The next morning you drive to the funeral service. You look at yourself in the mirror long and hard, but you realise that the image there is a reversed image, and not what you'd see looking at yourself. You should have had a photo. (But who keeps photos of themself on them?)

You attend the service. Your daughter waves hi to Old School Friend. Like the other mourners you file past the body. You blink and squint. Is that what I look like? It's too short a moment to tell. Now the earth is being tossed, and you're standing alone wondering where everyone has gone. You must have been crying too.

Not knowing what to do you return to work. Maybe it's a wormhole or something that originated there. You sit at your desk with the pens and potato snacks. Someone comes by with work you recognise.

Oh, so you're sitting here now, she says. It's a bit soon but... Well does that mean you can take care of this?

Yes, you say. Because you can. She leaves it with you and soon nobody is all that surprised to find you sitting there. Soon you have a home a family the same job different photos and maybe a different car, only you died once.

Wednesday, February 15, 2006

four feet under

what is the name for the top part of your foot? the part before the ankle.

the bottom of your feet are the soles, the inside the arch, toes are toes of course, and an ankle an ankle (what an 'a' alliteration) - but is there a name for the top part? like the supersternal notch, i want to know because that's the part that's so close, when naked feet touch on a sofa, beneath the dining table or under covers, pleasantly crowded together in a small space.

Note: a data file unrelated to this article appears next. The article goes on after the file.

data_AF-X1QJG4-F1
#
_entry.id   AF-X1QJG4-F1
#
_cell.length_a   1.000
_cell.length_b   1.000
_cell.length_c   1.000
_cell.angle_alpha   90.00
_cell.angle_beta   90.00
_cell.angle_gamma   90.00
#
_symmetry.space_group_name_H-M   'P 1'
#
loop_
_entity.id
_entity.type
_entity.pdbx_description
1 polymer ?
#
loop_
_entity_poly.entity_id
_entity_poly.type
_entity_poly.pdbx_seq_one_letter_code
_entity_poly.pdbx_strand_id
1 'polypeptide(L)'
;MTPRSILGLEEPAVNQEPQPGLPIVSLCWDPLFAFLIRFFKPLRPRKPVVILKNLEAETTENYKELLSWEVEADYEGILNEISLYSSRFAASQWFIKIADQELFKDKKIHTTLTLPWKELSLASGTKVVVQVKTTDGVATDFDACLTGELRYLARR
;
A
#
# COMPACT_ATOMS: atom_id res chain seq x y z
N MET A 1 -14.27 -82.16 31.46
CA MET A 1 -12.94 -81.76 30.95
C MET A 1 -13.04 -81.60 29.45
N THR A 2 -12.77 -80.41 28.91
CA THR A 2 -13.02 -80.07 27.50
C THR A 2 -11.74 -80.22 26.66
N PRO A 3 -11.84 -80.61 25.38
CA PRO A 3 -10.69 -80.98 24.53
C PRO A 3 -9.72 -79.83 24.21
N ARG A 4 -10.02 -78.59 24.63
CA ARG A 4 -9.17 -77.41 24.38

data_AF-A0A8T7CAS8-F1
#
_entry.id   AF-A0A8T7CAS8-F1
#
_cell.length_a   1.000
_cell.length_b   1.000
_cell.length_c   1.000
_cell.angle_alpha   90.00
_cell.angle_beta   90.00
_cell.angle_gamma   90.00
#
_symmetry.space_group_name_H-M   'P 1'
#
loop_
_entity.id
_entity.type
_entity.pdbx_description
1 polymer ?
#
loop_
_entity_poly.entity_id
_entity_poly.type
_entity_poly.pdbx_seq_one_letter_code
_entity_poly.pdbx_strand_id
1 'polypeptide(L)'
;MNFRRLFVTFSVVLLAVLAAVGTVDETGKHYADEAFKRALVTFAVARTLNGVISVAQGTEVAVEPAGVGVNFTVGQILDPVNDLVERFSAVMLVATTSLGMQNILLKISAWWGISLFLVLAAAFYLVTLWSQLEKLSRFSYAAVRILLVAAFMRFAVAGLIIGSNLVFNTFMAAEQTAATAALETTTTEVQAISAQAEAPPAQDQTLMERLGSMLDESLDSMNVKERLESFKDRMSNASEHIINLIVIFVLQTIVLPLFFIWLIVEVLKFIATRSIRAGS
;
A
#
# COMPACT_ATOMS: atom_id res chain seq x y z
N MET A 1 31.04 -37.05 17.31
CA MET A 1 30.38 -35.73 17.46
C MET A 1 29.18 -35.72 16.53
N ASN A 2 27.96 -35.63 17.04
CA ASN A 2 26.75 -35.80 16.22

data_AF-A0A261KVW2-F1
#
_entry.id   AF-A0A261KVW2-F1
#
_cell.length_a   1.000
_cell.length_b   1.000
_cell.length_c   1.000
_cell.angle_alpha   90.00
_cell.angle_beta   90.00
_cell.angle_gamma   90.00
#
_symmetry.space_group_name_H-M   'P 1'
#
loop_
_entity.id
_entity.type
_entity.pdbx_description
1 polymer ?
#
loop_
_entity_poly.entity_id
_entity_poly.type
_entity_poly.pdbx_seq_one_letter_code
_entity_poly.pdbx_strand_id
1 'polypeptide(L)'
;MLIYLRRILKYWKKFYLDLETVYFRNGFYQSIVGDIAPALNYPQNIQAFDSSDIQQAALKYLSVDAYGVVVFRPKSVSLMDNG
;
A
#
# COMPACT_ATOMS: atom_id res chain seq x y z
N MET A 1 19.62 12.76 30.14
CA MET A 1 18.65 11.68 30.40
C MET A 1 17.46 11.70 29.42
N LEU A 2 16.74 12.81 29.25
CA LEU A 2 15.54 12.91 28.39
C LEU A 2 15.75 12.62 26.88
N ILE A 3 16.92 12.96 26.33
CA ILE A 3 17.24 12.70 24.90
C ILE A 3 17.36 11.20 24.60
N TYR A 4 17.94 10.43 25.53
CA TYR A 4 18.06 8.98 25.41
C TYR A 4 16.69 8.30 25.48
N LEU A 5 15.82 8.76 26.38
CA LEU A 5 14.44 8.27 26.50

sometimes i think that it's an event that's even more close than holding hands - anybody holds hands, for any number of reasons - like crossing the road, and teens do it to go steady though probably nowadays they do a whole lot more - but how often do we get close enough to someone to sit at home together, reading on the couch or slouched on the bed?

is that why playing footsie under the table is such a big deal? because like goodmorning, feet are a special space? is that part of why beaches are special, to feel the sand beneath your feet, and without their armour of shoes?

i know this is asia and we're functional and we expose feet to all sorts of stuff in our slippers, but we wash them and take off our shoes before going indoors, that's all quite significant too. it's rude to show your soles in thailand, but they teach kindergarten kids to clean off before going into classrooms too (so i've heard).

i remember a girl in shorts, on the phone, oblivious to me, her bare feet idly stepping on the tiles one way and then the other, step-step-stepping.

what is the word for when the soles of your feet touch mine as we drift of to sleep?

i want to know the word for the feel of four feet under the covers.

Monday, February 06, 2006

the descent,

or How It Feels To Be Indulging In Mayhem

inhale, because the smoke smells like strawberries.

listen, because it's not every day that you can hear this sound.

move, if you don't want to get hit.

scream, because that's how you feel inside.

move, because everyone is moving.

move, because the crowd is seething.

clap, at the burning spectacle.

hold (my hand), because we are both conspirators now.